To the same year belong the Fables of Phaedrus and the Sentenliae of Publilius Syrus. The Paradise Lost (1732), undertaken at the suggestion of Queen Caroline, is generally regarded as the most unsatisfactory of all his writings. It is marred by the same rashness in emendation and lack of poetical feeling as his Horace; but there is less excuse for him in this case, since the English text could not offer the same field for conjecture. He put forward the idea that Milton employed both an amanuensis and an editor, who were responsible for clerical errors, alterations and interpolations. It is uncertain whether this was Bentley's excuse for his own numerous corrections, or whether he really believed it. The contemplated edition of Homer was never published; all that remains of it consists of some manuscript and marginal notes in the possession of Trinity College. Their chief importance lies in the attempt to restore the metre by the insertion of the lost digamma.
Some anecdotes are related by his grandson, Richard Cumberland, in vol. i. of his Memoirs (1807). The hat he always wore during reading to shade his eyes, and his preference of port to claret (which he said "would be port if it could ") are mentioned in Pope's caricature (Dunciad, b. 4). He did not take up smoking till he was seventy. He held the archdeaconry of Ely with two livings, but never obtained higher preference in the church. He was offered the (then poor) bishopric of Bristol but refused it, and being asked what preferment he would consider worth his acceptance, replied, "That which would leave him no reason to wish for a removal."
Bentley was the first Englishman to be ranked with the great heroes of classical learning. Before him there were only John Selden, and, in a more restricted field, Thomas Gataker and Pearson. "Bentley inaugurated a new era of the art of criticism. He opened a new path. With him criticism attained its majority. Where scholars had hitherto offered suggestions and conjectures, Bentley, with unlimited control over the whole material of learning, gave decisions". The modern German school of philology recognises his genius. Bentley, says Bunsen," was the founder of historical philology." And Jakob Bernays says of his corrections of the Tristia, "corruptions which had hitherto defied every attempt even of the mightiest, were removed by a touch of the fingers of this British Samson." The English school of Hellenists, by which the 18th century was distinguished, and which contains the names of R Dawes, J Markland, J Taylor, J Toup, T Tyrwhitt, Richard Porson, PP Dobree, Thomas Kidd and JH Monk, was the creation of Bentley. And even the Dutch school of the same period, though the outcome of a native tradition, was in no small degree stimulated and directed by the example of Bentley, whose letters to the young Hemsterhuis on his edition of Julius Pollux produced so powerful an effect on him, that he became one of Bentley's most devoted admirers.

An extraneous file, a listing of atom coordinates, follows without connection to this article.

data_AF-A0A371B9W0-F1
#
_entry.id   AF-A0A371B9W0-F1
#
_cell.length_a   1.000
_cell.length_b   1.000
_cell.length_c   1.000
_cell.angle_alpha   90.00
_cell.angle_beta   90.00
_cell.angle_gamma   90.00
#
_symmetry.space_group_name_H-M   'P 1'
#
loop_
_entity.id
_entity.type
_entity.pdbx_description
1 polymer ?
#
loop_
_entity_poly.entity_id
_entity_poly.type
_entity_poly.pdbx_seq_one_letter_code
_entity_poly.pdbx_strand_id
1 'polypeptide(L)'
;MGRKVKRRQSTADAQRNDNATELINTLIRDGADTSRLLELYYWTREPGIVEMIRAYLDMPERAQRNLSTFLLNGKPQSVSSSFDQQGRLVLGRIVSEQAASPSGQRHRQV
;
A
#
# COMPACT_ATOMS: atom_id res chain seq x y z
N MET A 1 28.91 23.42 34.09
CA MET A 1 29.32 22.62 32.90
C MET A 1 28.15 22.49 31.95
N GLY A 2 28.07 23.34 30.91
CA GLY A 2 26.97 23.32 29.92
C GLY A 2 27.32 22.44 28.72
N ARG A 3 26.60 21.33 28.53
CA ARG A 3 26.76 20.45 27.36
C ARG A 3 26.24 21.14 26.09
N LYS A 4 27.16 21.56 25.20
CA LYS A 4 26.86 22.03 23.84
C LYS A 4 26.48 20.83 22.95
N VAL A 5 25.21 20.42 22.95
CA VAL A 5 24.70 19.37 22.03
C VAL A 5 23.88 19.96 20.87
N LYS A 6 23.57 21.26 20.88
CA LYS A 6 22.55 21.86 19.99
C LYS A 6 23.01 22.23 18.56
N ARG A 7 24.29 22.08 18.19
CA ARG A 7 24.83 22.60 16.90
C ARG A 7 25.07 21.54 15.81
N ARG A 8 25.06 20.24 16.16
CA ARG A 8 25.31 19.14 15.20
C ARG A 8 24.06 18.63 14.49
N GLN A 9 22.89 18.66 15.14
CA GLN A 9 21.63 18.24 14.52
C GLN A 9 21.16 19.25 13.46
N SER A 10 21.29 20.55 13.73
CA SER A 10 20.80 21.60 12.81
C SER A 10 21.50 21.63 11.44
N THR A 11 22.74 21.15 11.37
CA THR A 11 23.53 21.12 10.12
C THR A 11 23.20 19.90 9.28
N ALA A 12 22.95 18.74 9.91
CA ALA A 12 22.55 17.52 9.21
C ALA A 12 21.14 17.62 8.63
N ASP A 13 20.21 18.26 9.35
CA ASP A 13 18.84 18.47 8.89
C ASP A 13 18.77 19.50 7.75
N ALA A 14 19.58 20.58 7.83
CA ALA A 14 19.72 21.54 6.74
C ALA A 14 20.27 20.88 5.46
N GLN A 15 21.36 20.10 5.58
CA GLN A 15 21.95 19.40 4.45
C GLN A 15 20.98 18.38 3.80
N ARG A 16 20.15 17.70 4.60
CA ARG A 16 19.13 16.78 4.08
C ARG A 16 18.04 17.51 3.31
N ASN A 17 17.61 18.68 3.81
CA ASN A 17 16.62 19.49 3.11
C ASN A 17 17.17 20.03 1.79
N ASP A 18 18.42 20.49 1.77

Bentley was a source of inspiration. to a following generation of scholars. Self-taught, he created his own science; but there was no contemporary guild of learning in England by which his power could be measured, and his eccentricities checked. In the Phalaris controversy his academical adversaries were absolutely defeated. Garth's couplet--"So diamonds take a lustre from their foil, And to a Bentley 'tis we owe a Boyle"-- expressed the belief of the wits or literary world of the time. The attacks upon him by Alexander Pope, John Arbuthnot and others are evidence of their inability to appreciate his work. To them, textual criticism seemed mere pedantry and useless labour. In a university where the instruction of youth or the religious controversy of the day were the only known occupations, Bentley was an isolated phenomenon. All his vast acquisitions and all his original views seem to have been obtained before 1700. After this period he acquired little and made only spasmodic efforts--the Horace, the Terence and the Milton.
FA Wolf, Literarische Analekten, i. (1816); Monk, Life of Bentley (1830); J Mahly, Richard Bentley, eine Biographie (1868); RC Jebb, Bentley ("English Men of Letters" series, 1882), where a list of authorities bearing on Bentley's life and work is given. For his letters see Bentlei et doctorum-virorum ad eum Epistolae (1807); The Correspondence of Richard Bentley, edited by C Wordsworth (1842). See also JE Sandys, History of Classical Scholarship, ii. 401-410 (1908); and the Bibliography of Bentley, by AT Bartholomew and JW Clark (Cambridge, 1908).
This entry is updated from the 1911 Encyclopedia Britannica.